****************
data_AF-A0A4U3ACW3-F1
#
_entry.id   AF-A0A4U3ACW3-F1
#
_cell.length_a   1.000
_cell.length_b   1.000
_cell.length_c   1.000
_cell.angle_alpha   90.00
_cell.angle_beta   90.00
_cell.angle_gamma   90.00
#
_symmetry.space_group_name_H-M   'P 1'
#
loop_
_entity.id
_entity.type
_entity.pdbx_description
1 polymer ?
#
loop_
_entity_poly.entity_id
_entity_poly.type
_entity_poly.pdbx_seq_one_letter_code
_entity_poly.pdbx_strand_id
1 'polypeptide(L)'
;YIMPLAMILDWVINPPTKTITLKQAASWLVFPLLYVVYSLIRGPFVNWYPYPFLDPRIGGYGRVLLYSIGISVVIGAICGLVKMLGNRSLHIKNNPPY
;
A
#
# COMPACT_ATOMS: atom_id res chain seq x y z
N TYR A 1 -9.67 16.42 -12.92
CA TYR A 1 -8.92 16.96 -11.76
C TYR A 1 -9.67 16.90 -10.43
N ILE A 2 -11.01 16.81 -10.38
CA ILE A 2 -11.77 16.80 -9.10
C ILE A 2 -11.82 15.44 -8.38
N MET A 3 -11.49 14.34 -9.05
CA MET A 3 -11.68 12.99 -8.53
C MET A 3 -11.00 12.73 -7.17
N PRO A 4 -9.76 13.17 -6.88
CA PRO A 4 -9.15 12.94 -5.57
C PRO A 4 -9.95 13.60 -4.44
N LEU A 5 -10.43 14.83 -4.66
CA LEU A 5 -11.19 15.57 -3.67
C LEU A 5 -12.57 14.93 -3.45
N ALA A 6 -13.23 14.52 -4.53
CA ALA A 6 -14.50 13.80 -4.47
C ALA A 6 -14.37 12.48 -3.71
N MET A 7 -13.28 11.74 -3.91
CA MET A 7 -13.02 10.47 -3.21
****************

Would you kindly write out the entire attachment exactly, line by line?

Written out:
data_AF-A0A4U3ACW3-F1
#
_entry.id   AF-A0A4U3ACW3-F1
#
_cell.length_a   1.000
_cell.length_b   1.000
_cell.length_c   1.000
_cell.angle_alpha   90.00
_cell.angle_beta   90.00
_cell.angle_gamma   90.00
#
_symmetry.space_group_name_H-M   'P 1'
#
loop_
_entity.id
_entity.type
_entity.pdbx_description
1 polymer ?
#
loop_
_entity_poly.entity_id
_entity_poly.type
_entity_poly.pdbx_seq_one_letter_code
_entity_poly.pdbx_strand_id
1 'polypeptide(L)'
;YIMPLAMILDWVINPPTKTITLKQAASWLVFPLLYVVYSLIRGPFVNWYPYPFLDPRIGGYGRVLLYSIGISVVIGAICGLVKMLGNRSLHIKNNPPY
;
A
#
# COMPACT_ATOMS: atom_id res chain seq x y z
N TYR A 1 -9.67 16.42 -12.92
CA TYR A 1 -8.92 16.96 -11.76
C TYR A 1 -9.67 16.90 -10.43
N ILE A 2 -11.01 16.81 -10.38
CA ILE A 2 -11.77 16.80 -9.10
C ILE A 2 -11.82 15.44 -8.38
N MET A 3 -11.49 14.34 -9.05
CA MET A 3 -11.68 12.99 -8.53
C MET A 3 -11.00 12.73 -7.17
N PRO A 4 -9.76 13.17 -6.88
CA PRO A 4 -9.15 12.94 -5.57
C PRO A 4 -9.95 13.60 -4.44
N LEU A 5 -10.43 14.83 -4.66
CA LEU A 5 -11.19 15.57 -3.67
C LEU A 5 -12.57 14.93 -3.45
N ALA A 6 -13.23 14.52 -4.53
CA ALA A 6 -14.50 13.80 -4.47
C ALA A 6 -14.37 12.48 -3.71
N MET A 7 -13.28 11.74 -3.91
CA MET A 7 -13.02 10.47 -3.21